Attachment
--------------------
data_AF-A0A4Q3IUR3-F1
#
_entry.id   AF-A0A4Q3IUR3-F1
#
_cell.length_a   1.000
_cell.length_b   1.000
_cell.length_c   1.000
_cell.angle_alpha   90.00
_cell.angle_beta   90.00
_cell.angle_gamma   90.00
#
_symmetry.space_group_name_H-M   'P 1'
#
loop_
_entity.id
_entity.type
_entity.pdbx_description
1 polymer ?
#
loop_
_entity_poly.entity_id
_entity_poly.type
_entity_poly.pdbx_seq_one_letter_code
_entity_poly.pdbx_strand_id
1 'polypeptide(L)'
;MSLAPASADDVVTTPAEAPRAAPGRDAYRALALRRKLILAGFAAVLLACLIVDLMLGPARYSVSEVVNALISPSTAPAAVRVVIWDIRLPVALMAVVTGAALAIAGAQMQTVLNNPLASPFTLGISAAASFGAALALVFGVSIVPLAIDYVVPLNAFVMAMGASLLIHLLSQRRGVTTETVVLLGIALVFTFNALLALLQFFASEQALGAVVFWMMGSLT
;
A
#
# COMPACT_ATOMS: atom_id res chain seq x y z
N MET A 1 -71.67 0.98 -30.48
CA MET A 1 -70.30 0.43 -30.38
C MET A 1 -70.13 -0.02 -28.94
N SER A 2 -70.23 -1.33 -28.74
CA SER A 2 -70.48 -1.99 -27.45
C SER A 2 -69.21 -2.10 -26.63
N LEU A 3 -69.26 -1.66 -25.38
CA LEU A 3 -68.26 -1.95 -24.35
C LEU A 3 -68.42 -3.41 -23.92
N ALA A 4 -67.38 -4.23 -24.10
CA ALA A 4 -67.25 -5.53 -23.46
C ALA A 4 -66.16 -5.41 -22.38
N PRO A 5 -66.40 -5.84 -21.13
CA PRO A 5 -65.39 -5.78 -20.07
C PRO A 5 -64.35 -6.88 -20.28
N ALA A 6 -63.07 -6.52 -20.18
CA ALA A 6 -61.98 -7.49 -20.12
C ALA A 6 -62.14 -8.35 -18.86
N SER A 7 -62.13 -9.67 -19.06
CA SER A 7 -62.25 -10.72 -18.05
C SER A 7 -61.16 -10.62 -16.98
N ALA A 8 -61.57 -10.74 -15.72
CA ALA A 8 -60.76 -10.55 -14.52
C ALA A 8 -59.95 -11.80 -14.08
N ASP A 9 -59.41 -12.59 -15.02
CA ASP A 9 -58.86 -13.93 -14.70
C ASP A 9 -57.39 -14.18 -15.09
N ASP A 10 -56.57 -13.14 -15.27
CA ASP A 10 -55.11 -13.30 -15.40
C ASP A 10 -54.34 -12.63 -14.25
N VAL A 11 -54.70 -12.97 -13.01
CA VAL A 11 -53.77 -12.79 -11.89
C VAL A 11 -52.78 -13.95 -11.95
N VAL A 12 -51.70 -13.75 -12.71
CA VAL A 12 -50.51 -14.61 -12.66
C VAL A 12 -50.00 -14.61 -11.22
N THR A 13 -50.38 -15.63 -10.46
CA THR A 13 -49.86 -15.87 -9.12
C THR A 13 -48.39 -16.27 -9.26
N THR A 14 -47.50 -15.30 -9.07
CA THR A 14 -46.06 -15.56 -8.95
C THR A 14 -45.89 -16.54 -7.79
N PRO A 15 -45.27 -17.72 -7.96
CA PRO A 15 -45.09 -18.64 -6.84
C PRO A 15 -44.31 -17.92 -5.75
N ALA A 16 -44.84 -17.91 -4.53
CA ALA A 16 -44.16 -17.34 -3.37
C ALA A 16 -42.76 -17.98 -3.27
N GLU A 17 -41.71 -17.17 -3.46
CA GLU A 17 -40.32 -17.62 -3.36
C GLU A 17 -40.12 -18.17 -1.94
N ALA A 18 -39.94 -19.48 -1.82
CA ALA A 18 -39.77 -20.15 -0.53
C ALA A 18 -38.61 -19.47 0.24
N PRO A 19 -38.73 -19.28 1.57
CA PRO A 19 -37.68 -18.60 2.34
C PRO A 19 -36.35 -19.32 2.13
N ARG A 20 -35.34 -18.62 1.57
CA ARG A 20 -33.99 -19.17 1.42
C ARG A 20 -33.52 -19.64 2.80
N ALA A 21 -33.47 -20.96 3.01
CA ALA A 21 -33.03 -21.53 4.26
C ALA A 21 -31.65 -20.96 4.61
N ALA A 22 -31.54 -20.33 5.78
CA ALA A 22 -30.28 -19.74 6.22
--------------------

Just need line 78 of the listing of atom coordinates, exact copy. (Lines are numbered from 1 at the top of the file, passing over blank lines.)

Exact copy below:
C ALA A 16 -42.76 -17.98 -3.27